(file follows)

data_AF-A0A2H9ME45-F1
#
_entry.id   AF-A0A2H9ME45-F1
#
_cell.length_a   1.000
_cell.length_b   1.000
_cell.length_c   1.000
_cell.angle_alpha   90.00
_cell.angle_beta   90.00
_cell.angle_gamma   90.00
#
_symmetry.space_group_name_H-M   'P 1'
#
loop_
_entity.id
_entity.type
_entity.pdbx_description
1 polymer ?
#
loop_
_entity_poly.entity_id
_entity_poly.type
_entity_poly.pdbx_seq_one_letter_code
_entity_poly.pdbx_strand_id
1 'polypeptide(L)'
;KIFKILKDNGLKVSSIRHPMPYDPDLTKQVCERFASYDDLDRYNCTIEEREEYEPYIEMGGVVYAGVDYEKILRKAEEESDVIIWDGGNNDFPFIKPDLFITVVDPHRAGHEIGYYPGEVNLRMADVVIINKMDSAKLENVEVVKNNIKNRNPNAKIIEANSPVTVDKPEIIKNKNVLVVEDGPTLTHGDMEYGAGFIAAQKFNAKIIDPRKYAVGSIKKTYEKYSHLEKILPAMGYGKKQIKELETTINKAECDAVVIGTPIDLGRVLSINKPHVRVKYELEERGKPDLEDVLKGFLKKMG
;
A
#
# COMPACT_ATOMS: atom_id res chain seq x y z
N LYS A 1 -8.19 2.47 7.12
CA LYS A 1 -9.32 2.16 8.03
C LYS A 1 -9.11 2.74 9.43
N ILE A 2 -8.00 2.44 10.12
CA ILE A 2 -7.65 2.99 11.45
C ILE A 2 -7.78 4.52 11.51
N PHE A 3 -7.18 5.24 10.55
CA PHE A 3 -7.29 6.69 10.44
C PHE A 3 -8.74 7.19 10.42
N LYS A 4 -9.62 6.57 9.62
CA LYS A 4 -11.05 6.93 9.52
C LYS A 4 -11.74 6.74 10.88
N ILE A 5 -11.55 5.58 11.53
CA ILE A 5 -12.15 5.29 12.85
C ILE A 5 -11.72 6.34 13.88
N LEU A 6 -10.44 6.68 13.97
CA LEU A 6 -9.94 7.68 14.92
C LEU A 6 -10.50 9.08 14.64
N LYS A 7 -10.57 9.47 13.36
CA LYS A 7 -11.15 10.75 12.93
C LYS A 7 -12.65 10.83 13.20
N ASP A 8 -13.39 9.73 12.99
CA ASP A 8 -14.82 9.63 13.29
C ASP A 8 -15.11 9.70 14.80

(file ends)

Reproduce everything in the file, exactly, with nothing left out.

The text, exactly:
data_AF-A0A2H9ME45-F1
#
_entry.id   AF-A0A2H9ME45-F1
#
_cell.length_a   1.000
_cell.length_b   1.000
_cell.length_c   1.000
_cell.angle_alpha   90.00
_cell.angle_beta   90.00
_cell.angle_gamma   90.00
#
_symmetry.space_group_name_H-M   'P 1'
#
loop_
_entity.id
_entity.type
_entity.pdbx_description
1 polymer ?
#
loop_
_entity_poly.entity_id
_entity_poly.type
_entity_poly.pdbx_seq_one_letter_code
_entity_poly.pdbx_strand_id
1 'polypeptide(L)'
;KIFKILKDNGLKVSSIRHPMPYDPDLTKQVCERFASYDDLDRYNCTIEEREEYEPYIEMGGVVYAGVDYEKILRKAEEESDVIIWDGGNNDFPFIKPDLFITVVDPHRAGHEIGYYPGEVNLRMADVVIINKMDSAKLENVEVVKNNIKNRNPNAKIIEANSPVTVDKPEIIKNKNVLVVEDGPTLTHGDMEYGAGFIAAQKFNAKIIDPRKYAVGSIKKTYEKYSHLEKILPAMGYGKKQIKELETTINKAECDAVVIGTPIDLGRVLSINKPHVRVKYELEERGKPDLEDVLKGFLKKMG
;
A
#
# COMPACT_ATOMS: atom_id res chain seq x y z
N LYS A 1 -8.19 2.47 7.12
CA LYS A 1 -9.32 2.16 8.03
C LYS A 1 -9.11 2.74 9.43
N ILE A 2 -8.00 2.44 10.12
CA ILE A 2 -7.65 2.99 11.45
C ILE A 2 -7.78 4.52 11.51
N PHE A 3 -7.18 5.24 10.55
CA PHE A 3 -7.29 6.69 10.44
C PHE A 3 -8.74 7.19 10.42
N LYS A 4 -9.62 6.57 9.62
CA LYS A 4 -11.05 6.93 9.52
C LYS A 4 -11.74 6.74 10.88
N ILE A 5 -11.55 5.58 11.53
CA ILE A 5 -12.15 5.29 12.85
C ILE A 5 -11.72 6.34 13.88
N LEU A 6 -10.44 6.68 13.97
CA LEU A 6 -9.94 7.68 14.92
C LEU A 6 -10.50 9.08 14.64
N LYS A 7 -10.57 9.47 13.36
CA LYS A 7 -11.15 10.75 12.93
C LYS A 7 -12.65 10.83 13.20
N ASP A 8 -13.39 9.73 12.99
CA ASP A 8 -14.82 9.63 13.29
C ASP A 8 -15.11 9.70 14.80